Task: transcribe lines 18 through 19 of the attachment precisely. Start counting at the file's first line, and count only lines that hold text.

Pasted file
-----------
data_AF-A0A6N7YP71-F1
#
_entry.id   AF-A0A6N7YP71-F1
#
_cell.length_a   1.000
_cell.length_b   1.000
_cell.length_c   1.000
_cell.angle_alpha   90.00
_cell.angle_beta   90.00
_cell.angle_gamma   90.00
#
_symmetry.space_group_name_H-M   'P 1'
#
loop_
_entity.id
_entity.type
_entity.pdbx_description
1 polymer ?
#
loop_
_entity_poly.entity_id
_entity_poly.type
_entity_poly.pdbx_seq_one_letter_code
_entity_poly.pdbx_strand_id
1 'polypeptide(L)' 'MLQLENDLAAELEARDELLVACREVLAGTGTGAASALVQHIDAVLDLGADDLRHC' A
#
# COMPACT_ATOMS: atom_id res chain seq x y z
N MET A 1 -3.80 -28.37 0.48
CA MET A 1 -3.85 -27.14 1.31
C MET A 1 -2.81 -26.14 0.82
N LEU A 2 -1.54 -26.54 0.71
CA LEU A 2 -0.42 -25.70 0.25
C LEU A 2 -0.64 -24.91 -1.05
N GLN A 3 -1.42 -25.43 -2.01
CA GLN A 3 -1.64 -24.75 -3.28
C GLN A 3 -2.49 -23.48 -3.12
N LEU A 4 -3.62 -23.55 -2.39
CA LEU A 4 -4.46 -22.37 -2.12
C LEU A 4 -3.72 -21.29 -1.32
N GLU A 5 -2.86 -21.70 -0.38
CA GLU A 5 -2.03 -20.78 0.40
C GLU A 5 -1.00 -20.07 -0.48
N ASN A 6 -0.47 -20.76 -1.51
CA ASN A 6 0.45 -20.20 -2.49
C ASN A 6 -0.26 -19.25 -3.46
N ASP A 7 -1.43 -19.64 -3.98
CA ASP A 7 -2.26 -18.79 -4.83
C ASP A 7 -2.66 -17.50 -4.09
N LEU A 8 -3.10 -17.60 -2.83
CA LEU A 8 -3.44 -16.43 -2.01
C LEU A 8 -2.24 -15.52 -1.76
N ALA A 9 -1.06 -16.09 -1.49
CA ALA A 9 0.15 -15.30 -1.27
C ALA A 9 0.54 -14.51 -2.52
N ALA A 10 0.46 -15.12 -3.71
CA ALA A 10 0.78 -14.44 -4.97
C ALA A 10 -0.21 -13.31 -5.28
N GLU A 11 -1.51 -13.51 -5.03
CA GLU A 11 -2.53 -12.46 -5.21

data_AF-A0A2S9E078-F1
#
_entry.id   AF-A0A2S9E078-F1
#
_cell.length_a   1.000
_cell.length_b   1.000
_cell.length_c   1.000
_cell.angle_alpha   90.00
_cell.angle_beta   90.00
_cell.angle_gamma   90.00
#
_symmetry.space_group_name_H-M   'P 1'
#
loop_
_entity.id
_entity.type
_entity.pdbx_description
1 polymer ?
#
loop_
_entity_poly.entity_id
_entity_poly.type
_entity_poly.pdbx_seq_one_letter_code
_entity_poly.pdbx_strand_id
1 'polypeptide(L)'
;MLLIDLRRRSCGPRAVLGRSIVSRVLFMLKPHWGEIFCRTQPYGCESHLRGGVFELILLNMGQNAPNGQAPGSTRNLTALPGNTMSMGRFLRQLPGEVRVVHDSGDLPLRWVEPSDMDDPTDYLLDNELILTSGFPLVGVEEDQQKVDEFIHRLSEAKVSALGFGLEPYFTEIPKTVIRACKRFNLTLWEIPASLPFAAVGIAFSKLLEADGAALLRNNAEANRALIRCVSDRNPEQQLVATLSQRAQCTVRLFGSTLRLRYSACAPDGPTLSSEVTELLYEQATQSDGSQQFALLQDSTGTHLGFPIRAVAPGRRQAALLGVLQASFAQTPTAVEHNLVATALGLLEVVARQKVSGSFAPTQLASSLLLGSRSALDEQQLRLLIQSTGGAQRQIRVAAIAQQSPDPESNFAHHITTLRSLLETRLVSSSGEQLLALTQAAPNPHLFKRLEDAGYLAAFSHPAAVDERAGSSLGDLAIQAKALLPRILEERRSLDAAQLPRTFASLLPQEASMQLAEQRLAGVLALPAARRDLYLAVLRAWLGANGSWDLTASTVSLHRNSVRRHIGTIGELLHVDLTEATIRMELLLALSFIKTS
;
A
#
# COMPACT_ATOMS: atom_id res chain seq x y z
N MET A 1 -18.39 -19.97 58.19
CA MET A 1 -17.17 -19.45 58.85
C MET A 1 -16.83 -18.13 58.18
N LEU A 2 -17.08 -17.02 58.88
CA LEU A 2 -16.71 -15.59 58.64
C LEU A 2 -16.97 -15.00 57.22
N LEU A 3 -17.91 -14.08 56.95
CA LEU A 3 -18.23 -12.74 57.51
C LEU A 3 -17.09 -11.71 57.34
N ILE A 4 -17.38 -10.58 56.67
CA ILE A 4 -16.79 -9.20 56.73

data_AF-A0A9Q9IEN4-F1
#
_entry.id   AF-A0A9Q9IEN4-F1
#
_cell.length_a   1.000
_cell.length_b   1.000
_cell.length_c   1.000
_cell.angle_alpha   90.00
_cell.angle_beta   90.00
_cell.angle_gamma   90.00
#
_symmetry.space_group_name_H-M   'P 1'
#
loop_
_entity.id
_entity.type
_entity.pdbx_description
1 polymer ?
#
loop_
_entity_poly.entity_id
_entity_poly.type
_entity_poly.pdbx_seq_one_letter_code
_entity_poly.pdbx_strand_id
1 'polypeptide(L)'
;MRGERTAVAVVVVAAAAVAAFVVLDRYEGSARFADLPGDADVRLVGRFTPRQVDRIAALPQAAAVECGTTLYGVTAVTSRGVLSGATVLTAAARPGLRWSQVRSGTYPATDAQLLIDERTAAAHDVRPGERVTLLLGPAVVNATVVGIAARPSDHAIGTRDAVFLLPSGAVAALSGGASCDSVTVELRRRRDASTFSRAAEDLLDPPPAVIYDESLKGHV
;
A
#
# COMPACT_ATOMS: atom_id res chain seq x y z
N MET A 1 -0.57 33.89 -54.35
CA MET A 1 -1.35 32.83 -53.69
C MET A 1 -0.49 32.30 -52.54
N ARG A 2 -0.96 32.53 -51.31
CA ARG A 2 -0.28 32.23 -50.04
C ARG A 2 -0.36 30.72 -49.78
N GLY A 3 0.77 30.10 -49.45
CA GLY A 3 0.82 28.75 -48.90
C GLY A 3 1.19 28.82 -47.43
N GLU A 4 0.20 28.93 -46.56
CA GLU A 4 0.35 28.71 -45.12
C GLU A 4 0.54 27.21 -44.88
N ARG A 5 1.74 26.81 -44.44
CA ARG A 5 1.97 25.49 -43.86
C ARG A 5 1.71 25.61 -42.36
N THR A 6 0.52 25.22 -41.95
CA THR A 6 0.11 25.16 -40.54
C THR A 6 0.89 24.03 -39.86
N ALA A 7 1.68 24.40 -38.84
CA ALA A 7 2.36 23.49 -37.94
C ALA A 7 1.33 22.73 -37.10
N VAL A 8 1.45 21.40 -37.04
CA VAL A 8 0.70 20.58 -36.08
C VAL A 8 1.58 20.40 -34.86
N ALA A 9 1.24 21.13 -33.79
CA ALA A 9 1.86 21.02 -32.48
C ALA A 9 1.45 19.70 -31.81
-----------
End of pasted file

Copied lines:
1 polymer ?
#